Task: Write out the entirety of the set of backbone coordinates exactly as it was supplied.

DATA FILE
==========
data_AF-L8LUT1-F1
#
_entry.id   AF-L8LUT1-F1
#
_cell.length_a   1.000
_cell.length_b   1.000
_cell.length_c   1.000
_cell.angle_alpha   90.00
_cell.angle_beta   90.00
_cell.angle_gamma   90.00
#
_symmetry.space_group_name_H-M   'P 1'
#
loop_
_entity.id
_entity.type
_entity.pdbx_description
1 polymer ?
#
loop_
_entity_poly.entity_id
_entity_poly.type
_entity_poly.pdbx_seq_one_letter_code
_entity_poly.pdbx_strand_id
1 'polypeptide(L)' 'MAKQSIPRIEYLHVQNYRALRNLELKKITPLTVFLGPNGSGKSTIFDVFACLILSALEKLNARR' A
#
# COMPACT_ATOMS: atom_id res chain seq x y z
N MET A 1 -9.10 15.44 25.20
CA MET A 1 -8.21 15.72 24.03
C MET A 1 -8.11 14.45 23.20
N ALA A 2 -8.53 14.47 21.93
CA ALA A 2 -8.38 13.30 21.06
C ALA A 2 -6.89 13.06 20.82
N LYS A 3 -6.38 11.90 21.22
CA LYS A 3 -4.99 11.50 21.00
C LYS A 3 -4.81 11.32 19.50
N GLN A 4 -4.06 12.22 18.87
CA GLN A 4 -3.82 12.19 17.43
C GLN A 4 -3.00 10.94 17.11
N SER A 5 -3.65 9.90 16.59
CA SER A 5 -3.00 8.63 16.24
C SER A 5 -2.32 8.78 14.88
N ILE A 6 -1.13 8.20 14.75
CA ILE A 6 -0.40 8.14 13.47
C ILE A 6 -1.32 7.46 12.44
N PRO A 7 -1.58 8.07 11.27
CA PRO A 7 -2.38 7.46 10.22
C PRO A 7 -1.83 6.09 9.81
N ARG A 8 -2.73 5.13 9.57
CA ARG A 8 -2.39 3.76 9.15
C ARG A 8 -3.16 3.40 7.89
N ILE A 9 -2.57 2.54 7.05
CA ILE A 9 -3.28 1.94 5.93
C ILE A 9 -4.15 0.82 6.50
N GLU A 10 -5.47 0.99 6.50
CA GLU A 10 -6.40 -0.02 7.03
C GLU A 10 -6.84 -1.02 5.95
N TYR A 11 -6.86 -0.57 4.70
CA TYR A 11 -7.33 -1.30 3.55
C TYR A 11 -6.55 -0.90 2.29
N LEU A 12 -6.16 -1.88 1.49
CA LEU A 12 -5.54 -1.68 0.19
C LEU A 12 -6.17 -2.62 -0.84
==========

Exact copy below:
data_AF-L8LUT1-F1
#
_entry.id   AF-L8LUT1-F1
#
_cell.length_a   1.000
_cell.length_b   1.000
_cell.length_c   1.000
_cell.angle_alpha   90.00
_cell.angle_beta   90.00
_cell.angle_gamma   90.00
#
_symmetry.space_group_name_H-M   'P 1'
#
loop_
_entity.id
_entity.type
_entity.pdbx_description
1 polymer ?
#
loop_
_entity_poly.entity_id
_entity_poly.type
_entity_poly.pdbx_seq_one_letter_code
_entity_poly.pdbx_strand_id
1 'polypeptide(L)' 'MAKQSIPRIEYLHVQNYRALRNLELKKITPLTVFLGPNGSGKSTIFDVFACLILSALEKLNARR' A
#
# COMPACT_ATOMS: atom_id res chain seq x y z
N MET A 1 -9.10 15.44 25.20
CA MET A 1 -8.21 15.72 24.03
C MET A 1 -8.11 14.45 23.20
N ALA A 2 -8.53 14.47 21.93
CA ALA A 2 -8.38 13.30 21.06
C ALA A 2 -6.89 13.06 20.82
N LYS A 3 -6.38 11.90 21.22
CA LYS A 3 -4.99 11.50 21.00
C LYS A 3 -4.81 11.32 19.50
N GLN A 4 -4.06 12.22 18.87
CA GLN A 4 -3.82 12.19 17.43
C GLN A 4 -3.00 10.94 17.11
N SER A 5 -3.65 9.90 16.59
CA SER A 5 -3.00 8.63 16.24
C SER A 5 -2.32 8.78 14.88
N ILE A 6 -1.13 8.20 14.75
CA ILE A 6 -0.40 8.14 13.47
C ILE A 6 -1.32 7.46 12.44
N PRO A 7 -1.58 8.07 11.27
CA PRO A 7 -2.38 7.46 10.22
C PRO A 7 -1.83 6.09 9.81
N ARG A 8 -2.73 5.13 9.57
CA ARG A 8 -2.39 3.76 9.15
C ARG A 8 -3.16 3.40 7.89
N ILE A 9 -2.57 2.54 7.05
CA ILE A 9 -3.28 1.94 5.93
C ILE A 9 -4.15 0.82 6.50
N GLU A 10 -5.47 0.99 6.50
CA GLU A 10 -6.40 -0.02 7.03
C GLU A 10 -6.84 -1.02 5.95
N TYR A 11 -6.86 -0.57 4.70
CA TYR A 11 -7.33 -1.30 3.55
C TYR A 11 -6.55 -0.90 2.29
N LEU A 12 -6.16 -1.88 1.49
CA LEU A 12 -5.54 -1.68 0.19
C LEU A 12 -6.17 -2.62 -0.84